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October 07, 1988 - Image 33

Resource type:
The Detroit Jewish News, 1988-10-07

Disclaimer: Computer generated plain text may have errors. Read more about this.




The Story Of Creation:
How Did Adam Look?


Special to The Jewish News


his Shabbat, we begin
reading the most im-
portant book in the
world: the Torah. The Torah is
filled with paradox. Its truths
are stated in the form of stories,
parables and myths, so simple
that even little children can
understand them and take
delight in their charm. And yet,
the insights of the Torah are so
profound that even the most
brilliant of scholars cannot ful-
ly explicate their meaning.
In the description of the story
of Creation, consider how the
text addresses the difference
between "division" and

Shabbat Bereshit:
Genesis 1:1-6:8,
Isaiah 42:5-43:10


"divisiveness." The former im-
plies separation for a worthy
purpose; the latter involves
Thus, in Genesis 1:4: "And
God divided the light from the
Separation, in itself, is not
necessarily an evil. Frequently
it may be a necessary step in
growth and development. The
simplest form of life, the
amoeba, reproduces itself by
means of division which con-
stitutes the very means of its
survival. Surgery is the process
of separating diseased cells or
tissue from those which are
healthy, thereby preventing the
spread of the malady.
The biblical account of Crea-
tion indicates that the world
itself came into being as the
result of several successive acts
of division and separation. The
Almighty divided between the
light and the darkness; divided
the waters which were under
the firmament from the waters
which were above; divided bet-
ween the day and the night;
and finally divided between the
six secular days of the week and
the Sabbath of sanctity.
Thus did God bring order out
of chaos through a systematic
process of division.
But there is one crucial ele-
ment in Creation which God
significantly intended to be
whole. That element was the
Lord's crowning glory — Man.
When woman was created, she
was recognized in the words of
Adam as "bone of my bone and
flesh of my flesh." The text
declares: "Now therefore shall

Irwin Groner is rabbi of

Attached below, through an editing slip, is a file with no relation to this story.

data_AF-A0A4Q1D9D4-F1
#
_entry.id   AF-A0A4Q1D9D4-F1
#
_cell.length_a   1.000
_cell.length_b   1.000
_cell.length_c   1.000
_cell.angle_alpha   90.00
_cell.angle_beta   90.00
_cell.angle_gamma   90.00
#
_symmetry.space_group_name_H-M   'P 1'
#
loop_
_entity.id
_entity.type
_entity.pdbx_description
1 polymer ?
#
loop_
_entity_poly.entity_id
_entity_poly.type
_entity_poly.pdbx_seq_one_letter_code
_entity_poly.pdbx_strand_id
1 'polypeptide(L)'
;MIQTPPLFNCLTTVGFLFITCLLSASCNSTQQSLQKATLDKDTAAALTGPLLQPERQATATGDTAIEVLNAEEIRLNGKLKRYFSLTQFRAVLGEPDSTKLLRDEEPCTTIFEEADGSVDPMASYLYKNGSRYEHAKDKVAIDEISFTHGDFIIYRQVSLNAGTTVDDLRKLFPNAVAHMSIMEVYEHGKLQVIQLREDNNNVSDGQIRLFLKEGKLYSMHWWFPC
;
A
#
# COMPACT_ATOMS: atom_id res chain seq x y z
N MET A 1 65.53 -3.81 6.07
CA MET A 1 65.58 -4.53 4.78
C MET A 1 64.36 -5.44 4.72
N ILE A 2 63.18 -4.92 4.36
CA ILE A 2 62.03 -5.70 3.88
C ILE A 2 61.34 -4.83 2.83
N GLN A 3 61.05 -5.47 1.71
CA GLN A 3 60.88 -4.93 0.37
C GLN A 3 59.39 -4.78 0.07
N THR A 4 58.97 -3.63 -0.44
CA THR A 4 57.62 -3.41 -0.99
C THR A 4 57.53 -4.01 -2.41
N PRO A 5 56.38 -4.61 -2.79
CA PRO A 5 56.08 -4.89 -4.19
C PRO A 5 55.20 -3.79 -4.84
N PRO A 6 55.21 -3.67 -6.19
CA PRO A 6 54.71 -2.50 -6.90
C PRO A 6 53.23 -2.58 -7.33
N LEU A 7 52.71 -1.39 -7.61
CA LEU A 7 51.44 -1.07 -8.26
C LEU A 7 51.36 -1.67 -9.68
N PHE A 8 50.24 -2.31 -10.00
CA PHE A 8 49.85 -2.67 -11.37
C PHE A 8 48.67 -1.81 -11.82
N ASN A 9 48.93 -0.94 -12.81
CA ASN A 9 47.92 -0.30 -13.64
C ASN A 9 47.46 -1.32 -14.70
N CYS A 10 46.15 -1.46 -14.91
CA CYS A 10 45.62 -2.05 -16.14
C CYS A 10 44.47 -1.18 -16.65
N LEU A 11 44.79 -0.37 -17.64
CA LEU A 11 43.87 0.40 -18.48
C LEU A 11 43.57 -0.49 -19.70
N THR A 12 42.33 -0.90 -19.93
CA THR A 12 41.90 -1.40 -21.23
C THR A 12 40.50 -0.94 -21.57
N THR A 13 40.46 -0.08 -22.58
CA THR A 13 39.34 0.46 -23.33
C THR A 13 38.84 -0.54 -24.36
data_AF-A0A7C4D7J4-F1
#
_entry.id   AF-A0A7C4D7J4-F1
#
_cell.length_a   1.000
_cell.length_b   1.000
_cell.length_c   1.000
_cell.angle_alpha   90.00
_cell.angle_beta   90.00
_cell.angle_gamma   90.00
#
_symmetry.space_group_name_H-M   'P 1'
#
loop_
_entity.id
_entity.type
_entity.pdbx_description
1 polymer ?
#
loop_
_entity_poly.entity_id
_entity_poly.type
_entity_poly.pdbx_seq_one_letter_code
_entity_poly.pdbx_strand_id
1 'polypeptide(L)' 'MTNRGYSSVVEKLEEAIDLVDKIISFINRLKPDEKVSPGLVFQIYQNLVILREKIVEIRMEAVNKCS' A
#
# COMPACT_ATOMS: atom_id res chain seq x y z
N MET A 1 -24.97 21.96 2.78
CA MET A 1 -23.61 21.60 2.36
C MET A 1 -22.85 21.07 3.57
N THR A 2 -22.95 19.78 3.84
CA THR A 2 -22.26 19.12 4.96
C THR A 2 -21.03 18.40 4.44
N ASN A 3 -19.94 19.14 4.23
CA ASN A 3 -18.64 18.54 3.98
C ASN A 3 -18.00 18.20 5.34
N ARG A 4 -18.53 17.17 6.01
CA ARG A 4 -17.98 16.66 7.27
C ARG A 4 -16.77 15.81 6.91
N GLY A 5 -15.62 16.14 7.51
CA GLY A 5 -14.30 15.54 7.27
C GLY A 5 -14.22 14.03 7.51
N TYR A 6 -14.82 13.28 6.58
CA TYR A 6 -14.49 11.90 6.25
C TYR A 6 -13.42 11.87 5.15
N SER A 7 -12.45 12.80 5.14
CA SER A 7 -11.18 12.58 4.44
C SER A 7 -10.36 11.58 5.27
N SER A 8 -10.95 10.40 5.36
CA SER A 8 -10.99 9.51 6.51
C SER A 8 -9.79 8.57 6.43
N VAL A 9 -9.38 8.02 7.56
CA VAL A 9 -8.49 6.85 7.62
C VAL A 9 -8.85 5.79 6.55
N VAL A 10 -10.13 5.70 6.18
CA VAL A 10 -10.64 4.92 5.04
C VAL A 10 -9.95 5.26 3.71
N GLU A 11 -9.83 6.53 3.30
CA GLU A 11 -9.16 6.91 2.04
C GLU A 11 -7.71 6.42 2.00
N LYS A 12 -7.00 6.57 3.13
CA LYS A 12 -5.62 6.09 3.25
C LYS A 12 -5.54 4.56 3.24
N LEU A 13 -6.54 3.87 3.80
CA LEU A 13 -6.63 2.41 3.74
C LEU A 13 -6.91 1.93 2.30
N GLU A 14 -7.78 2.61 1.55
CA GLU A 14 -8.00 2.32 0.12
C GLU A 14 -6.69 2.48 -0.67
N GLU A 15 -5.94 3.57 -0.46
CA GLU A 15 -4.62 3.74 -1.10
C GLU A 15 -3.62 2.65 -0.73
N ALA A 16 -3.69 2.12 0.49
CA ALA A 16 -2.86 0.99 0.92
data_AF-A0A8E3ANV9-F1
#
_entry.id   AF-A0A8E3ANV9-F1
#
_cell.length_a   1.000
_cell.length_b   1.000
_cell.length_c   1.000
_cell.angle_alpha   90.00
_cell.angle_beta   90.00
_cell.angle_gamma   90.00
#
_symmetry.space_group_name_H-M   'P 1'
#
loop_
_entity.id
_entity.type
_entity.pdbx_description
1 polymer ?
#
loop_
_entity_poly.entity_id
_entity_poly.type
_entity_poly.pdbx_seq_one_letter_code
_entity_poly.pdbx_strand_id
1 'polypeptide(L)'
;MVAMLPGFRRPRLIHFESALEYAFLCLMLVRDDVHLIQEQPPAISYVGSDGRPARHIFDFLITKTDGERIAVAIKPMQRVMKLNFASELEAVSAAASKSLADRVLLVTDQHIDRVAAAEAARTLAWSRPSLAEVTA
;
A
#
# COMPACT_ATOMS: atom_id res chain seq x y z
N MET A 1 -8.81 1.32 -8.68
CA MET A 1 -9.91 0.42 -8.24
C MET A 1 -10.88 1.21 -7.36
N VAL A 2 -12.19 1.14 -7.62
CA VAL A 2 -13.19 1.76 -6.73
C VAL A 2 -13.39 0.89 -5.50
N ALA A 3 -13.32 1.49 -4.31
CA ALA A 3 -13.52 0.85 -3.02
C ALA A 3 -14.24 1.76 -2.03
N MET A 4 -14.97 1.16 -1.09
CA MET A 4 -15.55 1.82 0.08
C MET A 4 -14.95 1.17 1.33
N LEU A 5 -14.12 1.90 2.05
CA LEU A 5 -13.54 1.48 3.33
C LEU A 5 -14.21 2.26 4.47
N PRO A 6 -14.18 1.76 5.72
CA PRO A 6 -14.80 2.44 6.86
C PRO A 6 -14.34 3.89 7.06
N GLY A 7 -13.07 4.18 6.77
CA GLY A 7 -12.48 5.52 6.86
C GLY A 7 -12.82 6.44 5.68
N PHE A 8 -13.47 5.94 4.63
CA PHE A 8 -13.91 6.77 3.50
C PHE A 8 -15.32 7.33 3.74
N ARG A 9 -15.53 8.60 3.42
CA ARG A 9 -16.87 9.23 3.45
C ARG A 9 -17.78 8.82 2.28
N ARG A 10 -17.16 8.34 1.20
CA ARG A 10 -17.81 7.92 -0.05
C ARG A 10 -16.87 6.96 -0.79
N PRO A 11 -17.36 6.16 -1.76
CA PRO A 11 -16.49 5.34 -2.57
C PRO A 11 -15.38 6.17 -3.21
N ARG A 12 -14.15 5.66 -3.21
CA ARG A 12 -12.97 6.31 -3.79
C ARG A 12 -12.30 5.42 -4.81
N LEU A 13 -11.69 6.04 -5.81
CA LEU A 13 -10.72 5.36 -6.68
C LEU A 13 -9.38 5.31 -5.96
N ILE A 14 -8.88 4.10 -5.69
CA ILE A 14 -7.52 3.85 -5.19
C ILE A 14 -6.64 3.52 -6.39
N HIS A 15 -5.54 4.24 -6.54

Congregation Shaarey Zedek.

a man leave his father and his
mother and shall cleave unto
his wife and they shall be one
The unity of mankind was
the supreme purpose of the
Creator. The Talmud cites an il-
luminating exchange of views
on this theme between two of
the great scholars of the second
Rabbi Akiva said: "And thou
shall love thy neighbor as
thyself: This is the great prin-
ciple of the Torah." Ben Azai
said: "This is the book of the
generations of man." That is
the great principle of the 'Ibrah.
At first glance, it is difficult
to establish a connection be-
tween the statement of Rabbi
Akiva and that of Ben Azai,
whose meaning is obscure. A
more profound examination of
the words of Ben Azai, however,
shows that he was laying the
foundation for Rabbi Akiva's
It is as though Ben Azai were
answering this question: Why
is so little detail supplied in the
story of the first man, the most
important biograpliical account
ever written?
So many questions could be
asked: From what particular
section of the earth was the
dust taken from which Adam
was created? What was the col-
or of Adam's skin? What did
Adam look like? How did Adam
worship? Where did Adam ac-
tually live?
The Midrash offers inter-
pretations. Adam was created
from dust gathered from every
continent. Adam was neither
black, white, yellow, brown or
red. Adam was neither Semitic,
Nordic, Mongolian nor
Teutonic. He was the composite
of all colors and races, for he
was the ancestor of all men.
Adam worshipped God, and
no more description is needed.
The form his religiosity assum-
ed is not specified, nor is it im-
portant. Adam is the spiritual
ancestor of men and women of
all religions and of no religion.
The biblical creation story is
the ultimate refutation of the
boast, "My father is better than
your father!" Every individual
is equally significant before
God because we are all equally
the descendants of the same
original parents.
This concept, then, is what
Ben Azai taught: "This is the
book of the generations of
man." Man — unqualified,
unlabeled and universal; man
as the culmination of God's
miracle of creation. That, said
Ben Azai, is the great principle
of the Torah, for it clearly pro-
claims the unity and equality
of all men of all races.


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Jews in American Cinema

The Shonik-Fleischer Forum for 1988

Gala Screening of "The Chosen"
with guest appearances by
Rod Steiger and Jeremy Paul Kagan

Saturday, October 15, 1988, 8:00 p.m. Michigan Theater, Ann Arbor

Lecture by Neal Gabler
"The Hollywood Moguls"

Sunday, October 16, 3:00 p.m. Auditorium A, Angell Hall, The University of Michigan

Panel Discussion with:

Judith Crist, film critic
Lester Friedman, Professionb of English, SUNY;
Neal Gabler, film critic
Barry Gross, Professor of English, Michigan State Univewrsity
Jeremy Paul Kagan and Rod Steiger
"Jews in American Cinema, 1898-1988"
Sunday, October 16, 7:30 p.m. Auditorium A, Angell Hall, The University of Michigan

(free admission)

Sponsored by the Program in Judaic Studies of The University of Michigan
and by The Anti-Defamation League of Brno! D`rith.

For further information, call 760-9047.


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